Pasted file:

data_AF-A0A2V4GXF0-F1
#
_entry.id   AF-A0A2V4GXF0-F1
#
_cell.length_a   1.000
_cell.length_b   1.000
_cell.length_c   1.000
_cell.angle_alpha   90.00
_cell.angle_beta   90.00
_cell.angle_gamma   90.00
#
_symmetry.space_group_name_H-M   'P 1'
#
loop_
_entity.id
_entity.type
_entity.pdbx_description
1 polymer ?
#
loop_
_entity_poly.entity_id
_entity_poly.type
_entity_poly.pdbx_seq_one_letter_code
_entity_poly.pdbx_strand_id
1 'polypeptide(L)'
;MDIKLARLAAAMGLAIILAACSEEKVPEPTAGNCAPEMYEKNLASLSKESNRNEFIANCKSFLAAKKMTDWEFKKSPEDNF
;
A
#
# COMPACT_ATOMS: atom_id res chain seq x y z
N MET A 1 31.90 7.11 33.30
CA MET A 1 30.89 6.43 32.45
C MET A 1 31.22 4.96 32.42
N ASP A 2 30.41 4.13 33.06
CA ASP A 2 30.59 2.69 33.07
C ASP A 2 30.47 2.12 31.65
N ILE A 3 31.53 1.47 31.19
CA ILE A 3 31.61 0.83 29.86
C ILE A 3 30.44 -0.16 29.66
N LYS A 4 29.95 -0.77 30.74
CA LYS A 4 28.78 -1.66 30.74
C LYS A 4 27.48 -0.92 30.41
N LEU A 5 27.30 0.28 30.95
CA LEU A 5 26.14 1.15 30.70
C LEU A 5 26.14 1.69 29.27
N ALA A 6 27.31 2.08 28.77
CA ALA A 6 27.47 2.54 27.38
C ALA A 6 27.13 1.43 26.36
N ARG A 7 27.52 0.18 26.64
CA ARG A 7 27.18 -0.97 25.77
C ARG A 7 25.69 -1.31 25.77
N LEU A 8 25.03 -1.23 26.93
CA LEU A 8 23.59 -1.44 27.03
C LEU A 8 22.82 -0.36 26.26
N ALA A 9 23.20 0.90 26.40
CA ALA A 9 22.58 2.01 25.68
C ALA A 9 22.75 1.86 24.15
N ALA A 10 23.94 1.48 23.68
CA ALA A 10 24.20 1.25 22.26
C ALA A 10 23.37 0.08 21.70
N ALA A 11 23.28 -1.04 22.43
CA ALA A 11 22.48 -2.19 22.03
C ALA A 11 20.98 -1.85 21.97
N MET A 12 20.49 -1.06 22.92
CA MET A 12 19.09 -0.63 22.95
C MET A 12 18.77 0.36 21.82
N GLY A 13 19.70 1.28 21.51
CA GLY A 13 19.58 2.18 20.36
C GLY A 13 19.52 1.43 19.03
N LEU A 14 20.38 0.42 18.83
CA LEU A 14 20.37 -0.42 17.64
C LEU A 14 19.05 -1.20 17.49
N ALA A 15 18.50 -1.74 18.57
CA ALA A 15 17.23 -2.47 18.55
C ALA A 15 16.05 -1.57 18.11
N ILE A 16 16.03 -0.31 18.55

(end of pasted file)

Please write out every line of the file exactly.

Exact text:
data_AF-A0A2V4GXF0-F1
#
_entry.id   AF-A0A2V4GXF0-F1
#
_cell.length_a   1.000
_cell.length_b   1.000
_cell.length_c   1.000
_cell.angle_alpha   90.00
_cell.angle_beta   90.00
_cell.angle_gamma   90.00
#
_symmetry.space_group_name_H-M   'P 1'
#
loop_
_entity.id
_entity.type
_entity.pdbx_description
1 polymer ?
#
loop_
_entity_poly.entity_id
_entity_poly.type
_entity_poly.pdbx_seq_one_letter_code
_entity_poly.pdbx_strand_id
1 'polypeptide(L)'
;MDIKLARLAAAMGLAIILAACSEEKVPEPTAGNCAPEMYEKNLASLSKESNRNEFIANCKSFLAAKKMTDWEFKKSPEDNF
;
A
#
# COMPACT_ATOMS: atom_id res chain seq x y z
N MET A 1 31.90 7.11 33.30
CA MET A 1 30.89 6.43 32.45
C MET A 1 31.22 4.96 32.42
N ASP A 2 30.41 4.13 33.06
CA ASP A 2 30.59 2.69 33.07
C ASP A 2 30.47 2.12 31.65
N ILE A 3 31.53 1.47 31.19
CA ILE A 3 31.61 0.83 29.86
C ILE A 3 30.44 -0.16 29.66
N LYS A 4 29.95 -0.77 30.74
CA LYS A 4 28.78 -1.66 30.74
C LYS A 4 27.48 -0.92 30.41
N LEU A 5 27.30 0.28 30.95
CA LEU A 5 26.14 1.15 30.70
C LEU A 5 26.14 1.69 29.27
N ALA A 6 27.31 2.08 28.77
CA ALA A 6 27.47 2.54 27.38
C ALA A 6 27.13 1.43 26.36
N ARG A 7 27.52 0.18 26.64
CA ARG A 7 27.18 -0.97 25.77
C ARG A 7 25.69 -1.31 25.77
N LEU A 8 25.03 -1.23 26.93
CA LEU A 8 23.59 -1.44 27.03
C LEU A 8 22.82 -0.36 26.26
N ALA A 9 23.20 0.90 26.40
CA ALA A 9 22.58 2.01 25.68
C ALA A 9 22.75 1.86 24.15
N ALA A 10 23.94 1.48 23.68
CA ALA A 10 24.20 1.25 22.26
C ALA A 10 23.37 0.08 21.70
N ALA A 11 23.28 -1.04 22.43
CA ALA A 11 22.48 -2.19 22.03
C ALA A 11 20.98 -1.85 21.97
N MET A 12 20.49 -1.06 22.92
CA MET A 12 19.09 -0.63 22.95
C MET A 12 18.77 0.36 21.82
N GLY A 13 19.70 1.28 21.51
CA GLY A 13 19.58 2.18 20.36
C GLY A 13 19.52 1.43 19.03
N LEU A 14 20.38 0.42 18.83
CA LEU A 14 20.37 -0.42 17.64
C LEU A 14 19.05 -1.20 17.49
N ALA A 15 18.50 -1.74 18.57
CA ALA A 15 17.23 -2.47 18.55
C ALA A 15 16.05 -1.57 18.11
N ILE A 16 16.03 -0.31 18.55